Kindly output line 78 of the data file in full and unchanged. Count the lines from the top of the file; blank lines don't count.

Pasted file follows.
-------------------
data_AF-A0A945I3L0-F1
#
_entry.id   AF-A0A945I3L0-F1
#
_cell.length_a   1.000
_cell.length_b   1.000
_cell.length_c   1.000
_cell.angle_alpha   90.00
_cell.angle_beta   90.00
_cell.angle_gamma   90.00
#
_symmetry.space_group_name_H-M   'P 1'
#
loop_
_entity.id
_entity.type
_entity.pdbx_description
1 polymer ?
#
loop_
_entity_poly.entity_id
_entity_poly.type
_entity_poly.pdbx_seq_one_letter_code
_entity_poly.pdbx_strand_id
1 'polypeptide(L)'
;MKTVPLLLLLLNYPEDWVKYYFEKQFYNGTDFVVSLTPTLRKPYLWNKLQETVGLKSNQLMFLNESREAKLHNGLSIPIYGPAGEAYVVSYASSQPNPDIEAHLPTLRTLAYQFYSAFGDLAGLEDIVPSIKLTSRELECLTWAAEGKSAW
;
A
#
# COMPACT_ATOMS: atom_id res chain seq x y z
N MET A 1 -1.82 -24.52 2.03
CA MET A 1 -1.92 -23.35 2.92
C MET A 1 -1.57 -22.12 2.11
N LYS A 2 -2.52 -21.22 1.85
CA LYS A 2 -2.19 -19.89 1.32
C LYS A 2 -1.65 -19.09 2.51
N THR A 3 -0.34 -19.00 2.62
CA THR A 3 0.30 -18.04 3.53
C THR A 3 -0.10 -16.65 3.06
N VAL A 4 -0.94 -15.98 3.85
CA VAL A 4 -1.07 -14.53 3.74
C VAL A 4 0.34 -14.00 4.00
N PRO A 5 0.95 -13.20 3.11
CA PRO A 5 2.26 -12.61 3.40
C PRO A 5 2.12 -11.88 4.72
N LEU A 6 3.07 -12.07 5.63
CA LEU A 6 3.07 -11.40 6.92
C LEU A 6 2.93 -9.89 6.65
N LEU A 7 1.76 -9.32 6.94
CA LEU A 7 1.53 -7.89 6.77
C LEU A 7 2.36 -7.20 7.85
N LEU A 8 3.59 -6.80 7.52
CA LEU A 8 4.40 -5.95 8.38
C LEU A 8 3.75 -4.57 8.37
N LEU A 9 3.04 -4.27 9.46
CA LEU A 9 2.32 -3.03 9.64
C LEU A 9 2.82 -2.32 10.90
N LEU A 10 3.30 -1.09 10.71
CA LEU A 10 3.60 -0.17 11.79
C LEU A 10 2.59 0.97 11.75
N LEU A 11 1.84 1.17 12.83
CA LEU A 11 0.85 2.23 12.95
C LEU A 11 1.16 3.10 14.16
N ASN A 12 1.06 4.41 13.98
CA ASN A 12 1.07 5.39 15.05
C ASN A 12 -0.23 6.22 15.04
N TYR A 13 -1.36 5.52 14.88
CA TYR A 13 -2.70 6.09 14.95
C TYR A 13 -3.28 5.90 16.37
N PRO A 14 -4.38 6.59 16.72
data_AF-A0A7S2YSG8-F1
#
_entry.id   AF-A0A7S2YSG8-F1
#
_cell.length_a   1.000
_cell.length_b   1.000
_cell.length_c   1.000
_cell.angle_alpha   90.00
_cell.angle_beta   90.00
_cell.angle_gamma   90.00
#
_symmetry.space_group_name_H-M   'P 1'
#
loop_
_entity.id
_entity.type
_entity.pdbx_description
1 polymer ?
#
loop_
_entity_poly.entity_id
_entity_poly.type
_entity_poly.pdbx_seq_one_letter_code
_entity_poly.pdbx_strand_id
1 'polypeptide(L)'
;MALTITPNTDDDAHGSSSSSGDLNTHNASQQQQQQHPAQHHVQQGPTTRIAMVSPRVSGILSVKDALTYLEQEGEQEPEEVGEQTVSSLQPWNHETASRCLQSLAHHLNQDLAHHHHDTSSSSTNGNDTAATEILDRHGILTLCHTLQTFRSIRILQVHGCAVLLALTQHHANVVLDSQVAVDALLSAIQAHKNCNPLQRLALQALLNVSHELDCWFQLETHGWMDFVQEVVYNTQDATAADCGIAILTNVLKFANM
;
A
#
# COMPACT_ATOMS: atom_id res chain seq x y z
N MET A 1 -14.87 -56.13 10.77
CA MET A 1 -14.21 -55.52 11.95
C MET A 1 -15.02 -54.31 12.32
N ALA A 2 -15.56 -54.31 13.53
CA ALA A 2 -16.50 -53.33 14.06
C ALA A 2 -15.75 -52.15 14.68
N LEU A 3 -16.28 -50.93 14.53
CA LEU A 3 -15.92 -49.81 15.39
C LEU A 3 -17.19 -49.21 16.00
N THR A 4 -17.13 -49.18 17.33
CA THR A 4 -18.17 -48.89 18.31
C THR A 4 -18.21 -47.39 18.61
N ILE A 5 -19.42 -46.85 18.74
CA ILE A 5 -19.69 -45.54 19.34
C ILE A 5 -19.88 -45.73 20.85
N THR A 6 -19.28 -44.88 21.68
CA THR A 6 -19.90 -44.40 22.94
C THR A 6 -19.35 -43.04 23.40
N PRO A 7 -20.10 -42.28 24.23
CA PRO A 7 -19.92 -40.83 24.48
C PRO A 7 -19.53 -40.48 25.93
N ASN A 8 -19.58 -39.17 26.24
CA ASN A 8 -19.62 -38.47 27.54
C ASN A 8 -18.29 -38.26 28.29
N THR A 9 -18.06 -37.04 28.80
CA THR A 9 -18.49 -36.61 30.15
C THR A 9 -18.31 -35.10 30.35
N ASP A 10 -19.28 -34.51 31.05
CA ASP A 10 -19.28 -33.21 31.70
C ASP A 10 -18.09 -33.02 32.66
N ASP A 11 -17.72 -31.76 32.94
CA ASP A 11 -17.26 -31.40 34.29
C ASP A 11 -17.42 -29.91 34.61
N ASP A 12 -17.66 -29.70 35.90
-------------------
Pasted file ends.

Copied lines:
_cell.angle_alpha   90.00